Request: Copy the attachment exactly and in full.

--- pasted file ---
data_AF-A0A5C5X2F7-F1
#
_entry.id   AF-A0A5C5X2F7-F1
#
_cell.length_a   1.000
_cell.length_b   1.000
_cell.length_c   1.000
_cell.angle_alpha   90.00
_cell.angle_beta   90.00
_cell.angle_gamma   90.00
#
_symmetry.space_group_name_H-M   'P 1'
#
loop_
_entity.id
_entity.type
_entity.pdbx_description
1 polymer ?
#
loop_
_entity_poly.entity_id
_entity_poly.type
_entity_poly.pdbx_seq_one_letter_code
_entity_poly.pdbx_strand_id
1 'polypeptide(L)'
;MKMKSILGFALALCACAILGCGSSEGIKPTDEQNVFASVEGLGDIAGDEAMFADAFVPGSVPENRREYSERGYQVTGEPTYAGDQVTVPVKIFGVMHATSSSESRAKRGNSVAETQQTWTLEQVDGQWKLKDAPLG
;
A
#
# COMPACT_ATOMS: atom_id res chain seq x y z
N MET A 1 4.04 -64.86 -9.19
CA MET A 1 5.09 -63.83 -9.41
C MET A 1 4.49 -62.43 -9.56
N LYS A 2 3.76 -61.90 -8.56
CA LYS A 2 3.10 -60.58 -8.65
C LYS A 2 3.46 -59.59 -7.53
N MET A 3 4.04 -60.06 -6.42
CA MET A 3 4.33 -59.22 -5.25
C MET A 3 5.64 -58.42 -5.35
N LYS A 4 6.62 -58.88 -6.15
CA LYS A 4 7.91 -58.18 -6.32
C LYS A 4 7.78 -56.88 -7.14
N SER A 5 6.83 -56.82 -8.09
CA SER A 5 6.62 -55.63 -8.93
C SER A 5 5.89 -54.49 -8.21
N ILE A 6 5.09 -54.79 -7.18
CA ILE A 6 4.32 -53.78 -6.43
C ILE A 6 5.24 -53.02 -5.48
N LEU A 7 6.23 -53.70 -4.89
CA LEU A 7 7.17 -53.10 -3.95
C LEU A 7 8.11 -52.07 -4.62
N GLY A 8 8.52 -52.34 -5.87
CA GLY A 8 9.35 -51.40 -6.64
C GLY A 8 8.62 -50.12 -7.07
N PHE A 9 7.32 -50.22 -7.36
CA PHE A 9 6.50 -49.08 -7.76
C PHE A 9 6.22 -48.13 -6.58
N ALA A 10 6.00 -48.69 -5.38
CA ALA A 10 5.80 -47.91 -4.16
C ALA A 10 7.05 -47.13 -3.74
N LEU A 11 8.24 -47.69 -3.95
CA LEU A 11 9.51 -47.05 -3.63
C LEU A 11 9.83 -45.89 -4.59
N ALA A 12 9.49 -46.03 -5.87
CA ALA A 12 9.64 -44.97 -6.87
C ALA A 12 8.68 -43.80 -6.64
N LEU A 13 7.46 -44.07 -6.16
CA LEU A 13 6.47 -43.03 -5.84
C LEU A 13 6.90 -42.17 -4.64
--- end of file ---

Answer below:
data_AF-A0A5C5X2F7-F1
#
_entry.id   AF-A0A5C5X2F7-F1
#
_cell.length_a   1.000
_cell.length_b   1.000
_cell.length_c   1.000
_cell.angle_alpha   90.00
_cell.angle_beta   90.00
_cell.angle_gamma   90.00
#
_symmetry.space_group_name_H-M   'P 1'
#
loop_
_entity.id
_entity.type
_entity.pdbx_description
1 polymer ?
#
loop_
_entity_poly.entity_id
_entity_poly.type
_entity_poly.pdbx_seq_one_letter_code
_entity_poly.pdbx_strand_id
1 'polypeptide(L)'
;MKMKSILGFALALCACAILGCGSSEGIKPTDEQNVFASVEGLGDIAGDEAMFADAFVPGSVPENRREYSERGYQVTGEPTYAGDQVTVPVKIFGVMHATSSSESRAKRGNSVAETQQTWTLEQVDGQWKLKDAPLG
;
A
#
# COMPACT_ATOMS: atom_id res chain seq x y z
N MET A 1 4.04 -64.86 -9.19
CA MET A 1 5.09 -63.83 -9.41
C MET A 1 4.49 -62.43 -9.56
N LYS A 2 3.76 -61.90 -8.56
CA LYS A 2 3.10 -60.58 -8.65
C LYS A 2 3.46 -59.59 -7.53
N MET A 3 4.04 -60.06 -6.42
CA MET A 3 4.33 -59.22 -5.25
C MET A 3 5.64 -58.42 -5.35
N LYS A 4 6.62 -58.88 -6.15
CA LYS A 4 7.91 -58.18 -6.32
C LYS A 4 7.78 -56.88 -7.14
N SER A 5 6.83 -56.82 -8.09
CA SER A 5 6.62 -55.63 -8.93
C SER A 5 5.89 -54.49 -8.21
N ILE A 6 5.09 -54.79 -7.18
CA ILE A 6 4.32 -53.78 -6.43
C ILE A 6 5.24 -53.02 -5.48
N LEU A 7 6.23 -53.70 -4.89
CA LEU A 7 7.17 -53.10 -3.95
C LEU A 7 8.11 -52.07 -4.62
N GLY A 8 8.52 -52.34 -5.87
CA GLY A 8 9.35 -51.40 -6.64
C GLY A 8 8.62 -50.12 -7.07
N PHE A 9 7.32 -50.22 -7.36
CA PHE A 9 6.50 -49.08 -7.76
C PHE A 9 6.22 -48.13 -6.58
N ALA A 10 6.00 -48.69 -5.38
CA ALA A 10 5.80 -47.91 -4.16
C ALA A 10 7.05 -47.13 -3.74
N LEU A 11 8.24 -47.69 -3.95
CA LEU A 11 9.51 -47.05 -3.63
C LEU A 11 9.83 -45.89 -4.59
N ALA A 12 9.49 -46.03 -5.87
CA ALA A 12 9.64 -44.97 -6.87
C ALA A 12 8.68 -43.80 -6.64
N LEU A 13 7.46 -44.07 -6.16
CA LEU A 13 6.47 -43.03 -5.84
C LEU A 13 6.90 -42.17 -4.64